The veterans of the organization who have heard the talk and tend to know the difference when someone is blowing sunshine and sincerity in their direction; it was that point of view which warrants attention.

I sat down with a quintet of Nashville Symphony musicians, veterans and recent members, at a local cigar pub following their concert from April 30th and talked with them about their new hall and other aspects of the organization.

All of the players had a very positive outlook on the entire concert hall process. Some of them are a little concerned about some specific issues such as the size of the stage. In particular Bill Wiggins, principal timpanist and Nashville native, is cautiously optimistic that there will be enough room on stage to accommodate the full orchestra plus the volume of newer and unique percussion instruments required by many modern-day compositions.

However, Bill said he was very pleased with the lengths the management has gone to in order to demonstrate exactly how large the stage will be, which included building a full sized, usable reproduction. Bill is in his 36th year with the symphony and has lived in Nashville the majority of his life so I was particularly interested in why he thought there was enough interest throughout Nashville, a town not typically associated with classical music, in the orchestra to demand a dedicated concert hall. Bill said he always knew the interest was there but it was the combination of several issues over that past decade which finally allowed the organization to tap into that potential support.

“We have audiences for orchestral music, opera, ballet, choral music, chamber music, solo performers, musical theater, straight theater and several schools training talented students in all of these artistic disciplines,” said Bill. “Our fondest hope is that the new hall will help to dispel some of the bias in the classical music world toward Nashville.”

These players believe the management and board have been doing everything possible to garner support for the organization and the new hall. I then asked them whether or not they felt the attitude and relationship with the executive managers was just as positive.

Gilbert Long, principal tubist, felt that he didn’t always see eye-to-eye with their Alan Valentine, president and CEO, but he had absolutely no doubt that managers respect the musicians.

“Even though I don’t always agree with Alan I don’t think we’ve ever had issues escalate out of control because both sides have a great deal of sincere respect for each other. That mutual respect has been earned through actions and behavior and leads me to believe that so long as it’s always there we shouldn’t run into any debilitating problems.”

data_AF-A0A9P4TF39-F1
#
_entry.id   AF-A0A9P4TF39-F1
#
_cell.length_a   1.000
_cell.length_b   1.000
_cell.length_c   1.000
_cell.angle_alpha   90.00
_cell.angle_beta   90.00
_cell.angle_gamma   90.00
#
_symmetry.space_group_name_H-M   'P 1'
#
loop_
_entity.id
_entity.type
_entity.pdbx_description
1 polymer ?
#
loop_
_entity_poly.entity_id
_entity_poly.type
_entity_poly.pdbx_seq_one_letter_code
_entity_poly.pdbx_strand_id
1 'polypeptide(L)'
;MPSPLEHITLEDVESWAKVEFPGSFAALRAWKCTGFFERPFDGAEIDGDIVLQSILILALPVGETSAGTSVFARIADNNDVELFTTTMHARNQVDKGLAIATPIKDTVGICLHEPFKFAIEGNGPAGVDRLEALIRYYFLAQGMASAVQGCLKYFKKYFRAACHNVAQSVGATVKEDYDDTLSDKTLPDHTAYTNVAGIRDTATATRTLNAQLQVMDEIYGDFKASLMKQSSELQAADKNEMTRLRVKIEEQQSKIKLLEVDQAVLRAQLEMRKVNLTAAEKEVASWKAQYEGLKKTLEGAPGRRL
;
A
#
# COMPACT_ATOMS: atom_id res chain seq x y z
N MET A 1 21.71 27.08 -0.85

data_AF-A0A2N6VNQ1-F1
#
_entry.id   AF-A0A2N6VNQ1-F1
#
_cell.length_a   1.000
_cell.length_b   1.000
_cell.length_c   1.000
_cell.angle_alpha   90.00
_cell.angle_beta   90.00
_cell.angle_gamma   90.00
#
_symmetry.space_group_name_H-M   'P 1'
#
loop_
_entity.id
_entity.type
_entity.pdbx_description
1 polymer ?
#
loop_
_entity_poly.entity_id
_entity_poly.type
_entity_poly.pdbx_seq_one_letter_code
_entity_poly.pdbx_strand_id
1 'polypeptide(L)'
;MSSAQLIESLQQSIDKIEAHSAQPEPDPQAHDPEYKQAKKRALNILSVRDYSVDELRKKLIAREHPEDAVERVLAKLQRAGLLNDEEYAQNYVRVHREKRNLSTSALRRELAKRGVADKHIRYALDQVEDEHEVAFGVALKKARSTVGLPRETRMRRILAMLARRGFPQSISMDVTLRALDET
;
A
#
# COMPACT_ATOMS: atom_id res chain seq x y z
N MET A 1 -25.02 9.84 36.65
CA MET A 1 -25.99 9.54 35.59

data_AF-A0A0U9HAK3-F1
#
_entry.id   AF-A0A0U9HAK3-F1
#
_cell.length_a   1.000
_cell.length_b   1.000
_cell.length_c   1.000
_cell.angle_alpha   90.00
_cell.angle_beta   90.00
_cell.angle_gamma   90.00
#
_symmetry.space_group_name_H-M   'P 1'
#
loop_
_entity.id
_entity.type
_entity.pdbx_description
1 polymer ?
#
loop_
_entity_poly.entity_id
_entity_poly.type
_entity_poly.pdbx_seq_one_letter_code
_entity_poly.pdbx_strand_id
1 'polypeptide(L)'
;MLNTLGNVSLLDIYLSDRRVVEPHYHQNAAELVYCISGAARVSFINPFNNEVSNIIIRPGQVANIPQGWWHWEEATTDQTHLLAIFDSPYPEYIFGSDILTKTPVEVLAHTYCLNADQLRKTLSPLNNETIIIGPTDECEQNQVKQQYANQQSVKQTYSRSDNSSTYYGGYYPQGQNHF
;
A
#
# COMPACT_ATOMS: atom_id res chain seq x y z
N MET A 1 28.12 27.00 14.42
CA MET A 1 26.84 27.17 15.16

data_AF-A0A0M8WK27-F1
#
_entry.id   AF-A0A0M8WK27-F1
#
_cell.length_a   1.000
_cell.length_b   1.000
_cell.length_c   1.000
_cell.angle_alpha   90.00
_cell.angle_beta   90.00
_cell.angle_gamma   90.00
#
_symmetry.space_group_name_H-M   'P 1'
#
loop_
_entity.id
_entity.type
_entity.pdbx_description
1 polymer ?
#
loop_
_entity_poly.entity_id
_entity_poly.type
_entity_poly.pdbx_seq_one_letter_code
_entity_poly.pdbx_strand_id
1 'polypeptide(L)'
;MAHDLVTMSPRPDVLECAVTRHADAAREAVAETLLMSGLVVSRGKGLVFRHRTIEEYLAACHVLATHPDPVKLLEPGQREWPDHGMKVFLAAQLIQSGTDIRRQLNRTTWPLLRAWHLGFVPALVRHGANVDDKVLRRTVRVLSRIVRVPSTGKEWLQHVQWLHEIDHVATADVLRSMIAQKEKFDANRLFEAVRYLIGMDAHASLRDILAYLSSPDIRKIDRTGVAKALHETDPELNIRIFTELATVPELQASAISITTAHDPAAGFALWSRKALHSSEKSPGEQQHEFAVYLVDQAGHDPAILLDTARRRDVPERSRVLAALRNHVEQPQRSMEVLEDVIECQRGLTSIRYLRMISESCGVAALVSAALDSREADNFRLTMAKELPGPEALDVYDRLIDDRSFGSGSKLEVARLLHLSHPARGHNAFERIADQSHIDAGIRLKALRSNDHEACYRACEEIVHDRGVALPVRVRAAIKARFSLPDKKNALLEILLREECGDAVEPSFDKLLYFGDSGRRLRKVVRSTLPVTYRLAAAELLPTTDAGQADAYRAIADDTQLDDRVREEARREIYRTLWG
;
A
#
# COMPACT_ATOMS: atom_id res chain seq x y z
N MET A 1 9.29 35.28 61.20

Gilbert has been with the orchestra since 1978 and throughout his tenure, he’s served on a number of musician committees, as such, he’s seen his fair share of some of the toughest times any orchestra can endure. His viewpoints and those of other veteran players who have been with the organization since the bankruptcy period carry a great deal of historically charged political value.

In addition to the smoke-filled-back-room discussion, I also talked to a number of other musicians over the weekend. All of them had very positive feelings about the direction the organization is heading and, perhaps not surprisingly, they were all very aware that their organization is in a very different place than many other orchestras throughout the country.

One distinct sign that Nashville is walking a different path is how much the working relationship between the local musicians’ union leaders and the orchestra’s management and board have improved over the past decade. Laura Ross, Nashville Symphony violinist and executive board member of Nashville Local 257 of the American Federation of Musicians has been with the organization since they went bankrupt and sees a distinct improvement in internal relations.

“For years after the bankruptcy we continued to have a contentious relationship at times with management for many reasons, partially in how we were treated, and partially in how we were run,” said Laura. “Honestly, when Alan came, things turned around dramatically. He was the one who urged, at the beginning of his tenure, that a sudden bequest be divided in a way that the musicians also receive some of the money and that was the first time we ever got a bonus.